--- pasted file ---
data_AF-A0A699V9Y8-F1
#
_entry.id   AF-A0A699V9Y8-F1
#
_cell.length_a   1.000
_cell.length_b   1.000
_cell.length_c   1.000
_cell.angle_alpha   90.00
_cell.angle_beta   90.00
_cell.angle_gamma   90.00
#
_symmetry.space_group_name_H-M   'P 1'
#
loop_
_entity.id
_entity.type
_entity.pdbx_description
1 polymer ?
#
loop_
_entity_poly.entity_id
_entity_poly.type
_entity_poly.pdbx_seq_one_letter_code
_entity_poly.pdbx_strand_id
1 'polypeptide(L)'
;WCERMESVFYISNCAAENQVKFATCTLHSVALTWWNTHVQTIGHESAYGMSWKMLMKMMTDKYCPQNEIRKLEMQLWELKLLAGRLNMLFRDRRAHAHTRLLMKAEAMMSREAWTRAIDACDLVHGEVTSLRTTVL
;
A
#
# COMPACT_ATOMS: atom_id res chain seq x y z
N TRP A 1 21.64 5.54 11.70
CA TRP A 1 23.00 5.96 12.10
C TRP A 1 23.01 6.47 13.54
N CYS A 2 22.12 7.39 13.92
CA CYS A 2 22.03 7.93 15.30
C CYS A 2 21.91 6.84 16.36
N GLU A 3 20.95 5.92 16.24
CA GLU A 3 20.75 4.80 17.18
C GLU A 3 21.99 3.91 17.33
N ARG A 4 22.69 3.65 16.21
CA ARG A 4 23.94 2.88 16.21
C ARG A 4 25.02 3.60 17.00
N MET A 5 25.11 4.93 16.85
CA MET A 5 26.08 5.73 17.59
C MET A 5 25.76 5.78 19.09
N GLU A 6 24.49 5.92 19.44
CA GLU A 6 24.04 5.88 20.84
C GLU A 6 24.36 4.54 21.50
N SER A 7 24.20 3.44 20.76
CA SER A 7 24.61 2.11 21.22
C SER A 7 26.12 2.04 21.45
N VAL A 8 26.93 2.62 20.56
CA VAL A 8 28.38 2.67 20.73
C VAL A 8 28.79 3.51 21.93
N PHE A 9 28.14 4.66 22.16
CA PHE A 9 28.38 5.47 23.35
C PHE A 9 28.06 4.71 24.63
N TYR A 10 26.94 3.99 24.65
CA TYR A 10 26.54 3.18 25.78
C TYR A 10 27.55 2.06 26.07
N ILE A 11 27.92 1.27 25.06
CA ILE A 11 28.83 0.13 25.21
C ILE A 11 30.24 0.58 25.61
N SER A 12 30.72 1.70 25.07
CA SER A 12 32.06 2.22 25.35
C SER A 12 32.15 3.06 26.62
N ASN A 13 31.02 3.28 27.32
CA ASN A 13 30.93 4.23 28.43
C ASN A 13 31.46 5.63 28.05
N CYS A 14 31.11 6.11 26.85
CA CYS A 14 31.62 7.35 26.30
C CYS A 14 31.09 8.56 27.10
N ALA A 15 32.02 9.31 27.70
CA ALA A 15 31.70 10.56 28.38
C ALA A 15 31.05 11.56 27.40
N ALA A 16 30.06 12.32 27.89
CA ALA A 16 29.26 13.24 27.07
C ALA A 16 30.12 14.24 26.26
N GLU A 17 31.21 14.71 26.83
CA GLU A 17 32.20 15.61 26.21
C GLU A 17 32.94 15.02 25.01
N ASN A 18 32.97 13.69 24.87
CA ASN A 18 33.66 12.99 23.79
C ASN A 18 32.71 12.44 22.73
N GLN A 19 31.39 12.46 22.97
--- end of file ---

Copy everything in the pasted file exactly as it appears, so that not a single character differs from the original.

data_AF-A0A699V9Y8-F1
#
_entry.id   AF-A0A699V9Y8-F1
#
_cell.length_a   1.000
_cell.length_b   1.000
_cell.length_c   1.000
_cell.angle_alpha   90.00
_cell.angle_beta   90.00
_cell.angle_gamma   90.00
#
_symmetry.space_group_name_H-M   'P 1'
#
loop_
_entity.id
_entity.type
_entity.pdbx_description
1 polymer ?
#
loop_
_entity_poly.entity_id
_entity_poly.type
_entity_poly.pdbx_seq_one_letter_code
_entity_poly.pdbx_strand_id
1 'polypeptide(L)'
;WCERMESVFYISNCAAENQVKFATCTLHSVALTWWNTHVQTIGHESAYGMSWKMLMKMMTDKYCPQNEIRKLEMQLWELKLLAGRLNMLFRDRRAHAHTRLLMKAEAMMSREAWTRAIDACDLVHGEVTSLRTTVL
;
A
#
# COMPACT_ATOMS: atom_id res chain seq x y z
N TRP A 1 21.64 5.54 11.70
CA TRP A 1 23.00 5.96 12.10
C TRP A 1 23.01 6.47 13.54
N CYS A 2 22.12 7.39 13.92
CA CYS A 2 22.03 7.93 15.30
C CYS A 2 21.91 6.84 16.36
N GLU A 3 20.95 5.92 16.24
CA GLU A 3 20.75 4.80 17.18
C GLU A 3 21.99 3.91 17.33
N ARG A 4 22.69 3.65 16.21
CA ARG A 4 23.94 2.88 16.21
C ARG A 4 25.02 3.60 17.00
N MET A 5 25.11 4.93 16.85
CA MET A 5 26.08 5.73 17.59
C MET A 5 25.76 5.78 19.09
N GLU A 6 24.49 5.92 19.44
CA GLU A 6 24.04 5.88 20.84
C GLU A 6 24.36 4.54 21.50
N SER A 7 24.20 3.44 20.76
CA SER A 7 24.61 2.11 21.22
C SER A 7 26.12 2.04 21.45
N VAL A 8 26.93 2.62 20.56
CA VAL A 8 28.38 2.67 20.73
C VAL A 8 28.79 3.51 21.93
N PHE A 9 28.14 4.66 22.16
CA PHE A 9 28.38 5.47 23.35
C PHE A 9 28.06 4.71 24.63
N TYR A 10 26.94 3.99 24.65
CA TYR A 10 26.54 3.18 25.78
C TYR A 10 27.55 2.06 26.07
N ILE A 11 27.92 1.27 25.06
CA ILE A 11 28.83 0.13 25.21
C ILE A 11 30.24 0.58 25.61
N SER A 12 30.72 1.70 25.07
CA SER A 12 32.06 2.22 25.35
C SER A 12 32.15 3.06 26.62
N ASN A 13 31.02 3.28 27.32
CA ASN A 13 30.93 4.23 28.43
C ASN A 13 31.46 5.63 28.05
N CYS A 14 31.11 6.11 26.85
CA CYS A 14 31.62 7.35 26.30
C CYS A 14 31.09 8.56 27.10
N ALA A 15 32.02 9.31 27.70
CA ALA A 15 31.70 10.56 28.38
C ALA A 15 31.05 11.56 27.40
N ALA A 16 30.06 12.32 27.89
CA ALA A 16 29.26 13.24 27.07
C ALA A 16 30.12 14.24 26.26
N GLU A 17 31.21 14.71 26.83
CA GLU A 17 32.20 15.61 26.21
C GLU A 17 32.94 15.02 25.01
N ASN A 18 32.97 13.69 24.87
CA ASN A 18 33.66 12.99 23.79
C ASN A 18 32.71 12.44 22.73
N GLN A 19 31.39 12.46 22.97